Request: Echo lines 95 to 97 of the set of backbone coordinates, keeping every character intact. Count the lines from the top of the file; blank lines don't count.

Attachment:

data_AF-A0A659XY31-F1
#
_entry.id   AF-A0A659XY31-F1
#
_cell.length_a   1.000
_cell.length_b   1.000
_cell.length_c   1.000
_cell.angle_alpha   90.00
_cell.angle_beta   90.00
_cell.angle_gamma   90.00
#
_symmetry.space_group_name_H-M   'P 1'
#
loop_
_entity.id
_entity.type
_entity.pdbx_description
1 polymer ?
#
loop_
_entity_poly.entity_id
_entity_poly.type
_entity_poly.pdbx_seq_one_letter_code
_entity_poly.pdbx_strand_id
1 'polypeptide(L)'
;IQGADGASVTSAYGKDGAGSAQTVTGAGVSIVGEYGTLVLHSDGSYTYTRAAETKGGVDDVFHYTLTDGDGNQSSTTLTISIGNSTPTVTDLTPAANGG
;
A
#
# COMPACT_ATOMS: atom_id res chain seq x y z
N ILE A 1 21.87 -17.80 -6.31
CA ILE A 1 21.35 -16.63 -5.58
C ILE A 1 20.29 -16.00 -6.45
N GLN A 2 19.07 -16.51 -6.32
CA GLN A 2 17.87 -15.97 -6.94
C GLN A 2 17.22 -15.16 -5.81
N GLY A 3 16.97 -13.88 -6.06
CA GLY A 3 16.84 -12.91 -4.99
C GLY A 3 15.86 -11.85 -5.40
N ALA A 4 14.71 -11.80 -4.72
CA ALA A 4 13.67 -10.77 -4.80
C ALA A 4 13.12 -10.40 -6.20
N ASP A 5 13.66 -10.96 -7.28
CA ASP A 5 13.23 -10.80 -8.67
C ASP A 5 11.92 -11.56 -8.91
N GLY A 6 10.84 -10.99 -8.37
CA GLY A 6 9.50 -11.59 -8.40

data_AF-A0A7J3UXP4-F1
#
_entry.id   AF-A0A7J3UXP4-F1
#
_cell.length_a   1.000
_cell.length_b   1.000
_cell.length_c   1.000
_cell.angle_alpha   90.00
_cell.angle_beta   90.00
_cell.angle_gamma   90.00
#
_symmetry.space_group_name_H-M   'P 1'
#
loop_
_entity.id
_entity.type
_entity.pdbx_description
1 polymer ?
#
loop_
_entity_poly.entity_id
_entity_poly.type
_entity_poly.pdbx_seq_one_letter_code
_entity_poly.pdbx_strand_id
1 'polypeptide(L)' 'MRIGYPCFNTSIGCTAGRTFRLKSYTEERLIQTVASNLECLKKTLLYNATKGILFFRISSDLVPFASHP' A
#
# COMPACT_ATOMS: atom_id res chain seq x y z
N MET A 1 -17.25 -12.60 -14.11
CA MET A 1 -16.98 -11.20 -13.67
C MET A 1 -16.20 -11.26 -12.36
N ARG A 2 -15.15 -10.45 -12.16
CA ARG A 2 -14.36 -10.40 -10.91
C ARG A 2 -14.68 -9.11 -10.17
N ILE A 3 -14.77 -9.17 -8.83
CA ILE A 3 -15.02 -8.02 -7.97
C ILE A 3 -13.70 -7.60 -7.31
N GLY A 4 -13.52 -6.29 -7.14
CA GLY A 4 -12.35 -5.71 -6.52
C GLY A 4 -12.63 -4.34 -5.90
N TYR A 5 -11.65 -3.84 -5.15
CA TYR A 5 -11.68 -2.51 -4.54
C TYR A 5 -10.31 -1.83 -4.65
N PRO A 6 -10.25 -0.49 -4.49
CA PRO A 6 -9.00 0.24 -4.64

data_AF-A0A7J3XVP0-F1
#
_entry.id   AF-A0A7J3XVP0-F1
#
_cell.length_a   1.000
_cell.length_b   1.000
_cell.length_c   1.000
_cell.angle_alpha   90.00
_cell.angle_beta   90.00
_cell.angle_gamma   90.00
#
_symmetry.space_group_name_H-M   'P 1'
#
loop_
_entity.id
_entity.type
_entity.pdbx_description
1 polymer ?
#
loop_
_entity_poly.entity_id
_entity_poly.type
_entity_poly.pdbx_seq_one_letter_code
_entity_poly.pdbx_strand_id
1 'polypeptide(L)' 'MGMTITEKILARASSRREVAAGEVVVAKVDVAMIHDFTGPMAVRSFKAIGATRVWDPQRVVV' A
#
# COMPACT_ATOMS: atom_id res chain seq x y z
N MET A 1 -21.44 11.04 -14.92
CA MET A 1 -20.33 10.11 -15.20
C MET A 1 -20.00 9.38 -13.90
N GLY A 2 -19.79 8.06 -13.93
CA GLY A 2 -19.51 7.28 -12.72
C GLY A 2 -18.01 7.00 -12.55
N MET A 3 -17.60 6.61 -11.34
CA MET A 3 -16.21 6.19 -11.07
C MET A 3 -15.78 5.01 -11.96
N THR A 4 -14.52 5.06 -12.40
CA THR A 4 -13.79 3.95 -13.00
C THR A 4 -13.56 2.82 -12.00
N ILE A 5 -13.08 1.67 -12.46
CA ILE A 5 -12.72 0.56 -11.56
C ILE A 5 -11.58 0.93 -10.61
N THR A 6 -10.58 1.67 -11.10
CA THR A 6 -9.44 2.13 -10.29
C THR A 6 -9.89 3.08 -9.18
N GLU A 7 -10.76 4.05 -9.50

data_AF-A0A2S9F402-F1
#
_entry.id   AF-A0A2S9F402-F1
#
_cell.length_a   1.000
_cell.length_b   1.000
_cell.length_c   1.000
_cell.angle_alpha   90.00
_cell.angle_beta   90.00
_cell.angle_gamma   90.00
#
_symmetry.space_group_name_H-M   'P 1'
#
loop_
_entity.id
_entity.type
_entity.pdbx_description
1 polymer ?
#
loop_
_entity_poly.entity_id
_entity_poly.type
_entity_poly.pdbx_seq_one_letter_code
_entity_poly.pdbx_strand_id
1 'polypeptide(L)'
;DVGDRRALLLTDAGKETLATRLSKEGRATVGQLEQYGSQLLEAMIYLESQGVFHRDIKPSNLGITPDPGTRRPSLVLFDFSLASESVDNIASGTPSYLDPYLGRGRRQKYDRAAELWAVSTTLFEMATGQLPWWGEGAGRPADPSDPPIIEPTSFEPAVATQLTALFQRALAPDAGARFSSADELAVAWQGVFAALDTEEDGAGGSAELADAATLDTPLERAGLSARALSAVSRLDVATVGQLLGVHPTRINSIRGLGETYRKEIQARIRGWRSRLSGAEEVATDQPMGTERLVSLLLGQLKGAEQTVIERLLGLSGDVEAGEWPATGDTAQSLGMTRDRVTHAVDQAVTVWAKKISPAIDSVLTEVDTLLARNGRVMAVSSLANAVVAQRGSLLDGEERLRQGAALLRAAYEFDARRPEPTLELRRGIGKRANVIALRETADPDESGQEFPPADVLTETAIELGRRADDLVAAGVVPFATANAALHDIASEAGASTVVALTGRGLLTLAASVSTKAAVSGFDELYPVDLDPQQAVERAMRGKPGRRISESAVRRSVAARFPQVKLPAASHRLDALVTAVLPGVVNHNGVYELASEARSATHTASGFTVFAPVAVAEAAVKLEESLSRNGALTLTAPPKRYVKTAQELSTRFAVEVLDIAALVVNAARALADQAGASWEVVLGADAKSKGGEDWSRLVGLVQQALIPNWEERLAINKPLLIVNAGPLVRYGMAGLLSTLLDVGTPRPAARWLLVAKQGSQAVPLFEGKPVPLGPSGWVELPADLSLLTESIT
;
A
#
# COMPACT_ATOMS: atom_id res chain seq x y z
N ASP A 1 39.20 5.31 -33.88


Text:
#
_cell.length_a   1.000
_cell.length_b   1.000